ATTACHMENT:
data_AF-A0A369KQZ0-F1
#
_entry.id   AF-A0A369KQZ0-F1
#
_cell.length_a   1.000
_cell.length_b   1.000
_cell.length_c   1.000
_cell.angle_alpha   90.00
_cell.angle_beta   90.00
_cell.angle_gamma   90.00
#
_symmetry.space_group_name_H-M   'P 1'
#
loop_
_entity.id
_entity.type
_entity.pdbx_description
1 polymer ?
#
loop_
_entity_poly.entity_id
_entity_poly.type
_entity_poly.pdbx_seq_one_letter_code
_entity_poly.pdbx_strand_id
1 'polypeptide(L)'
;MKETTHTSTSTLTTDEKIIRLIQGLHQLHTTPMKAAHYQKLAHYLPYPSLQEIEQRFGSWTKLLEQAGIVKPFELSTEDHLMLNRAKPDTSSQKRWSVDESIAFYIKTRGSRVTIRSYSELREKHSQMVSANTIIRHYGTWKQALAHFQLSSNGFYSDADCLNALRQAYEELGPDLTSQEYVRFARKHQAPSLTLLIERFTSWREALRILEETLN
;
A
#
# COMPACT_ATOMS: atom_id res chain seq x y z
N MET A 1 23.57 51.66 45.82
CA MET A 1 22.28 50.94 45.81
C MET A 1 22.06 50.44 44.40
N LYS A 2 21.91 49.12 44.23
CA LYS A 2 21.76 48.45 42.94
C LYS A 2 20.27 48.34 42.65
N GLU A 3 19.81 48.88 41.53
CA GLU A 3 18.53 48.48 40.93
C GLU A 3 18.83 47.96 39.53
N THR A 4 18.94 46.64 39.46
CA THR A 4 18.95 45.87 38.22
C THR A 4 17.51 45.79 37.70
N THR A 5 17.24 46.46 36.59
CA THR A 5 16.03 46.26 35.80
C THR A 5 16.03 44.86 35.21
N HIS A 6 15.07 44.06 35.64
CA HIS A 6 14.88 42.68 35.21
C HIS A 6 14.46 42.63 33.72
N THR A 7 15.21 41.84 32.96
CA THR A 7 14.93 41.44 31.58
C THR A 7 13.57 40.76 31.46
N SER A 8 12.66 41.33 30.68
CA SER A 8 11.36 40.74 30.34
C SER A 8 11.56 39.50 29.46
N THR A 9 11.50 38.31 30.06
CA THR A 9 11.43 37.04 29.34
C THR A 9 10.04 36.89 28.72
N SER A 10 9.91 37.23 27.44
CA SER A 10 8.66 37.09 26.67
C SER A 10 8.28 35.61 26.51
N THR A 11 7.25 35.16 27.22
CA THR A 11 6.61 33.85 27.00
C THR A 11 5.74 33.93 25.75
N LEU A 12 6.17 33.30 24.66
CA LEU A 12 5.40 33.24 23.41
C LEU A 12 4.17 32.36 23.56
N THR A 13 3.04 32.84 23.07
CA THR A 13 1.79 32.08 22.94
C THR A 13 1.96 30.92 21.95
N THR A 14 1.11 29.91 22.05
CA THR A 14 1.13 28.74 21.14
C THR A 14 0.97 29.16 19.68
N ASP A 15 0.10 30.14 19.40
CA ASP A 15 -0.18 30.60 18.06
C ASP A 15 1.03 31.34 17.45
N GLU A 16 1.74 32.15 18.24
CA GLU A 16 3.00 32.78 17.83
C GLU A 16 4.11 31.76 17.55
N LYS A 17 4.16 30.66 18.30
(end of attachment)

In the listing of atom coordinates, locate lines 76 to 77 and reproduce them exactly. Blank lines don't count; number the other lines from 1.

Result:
N GLU A 16 1.74 32.15 18.24
CA GLU A 16 3.00 32.78 17.83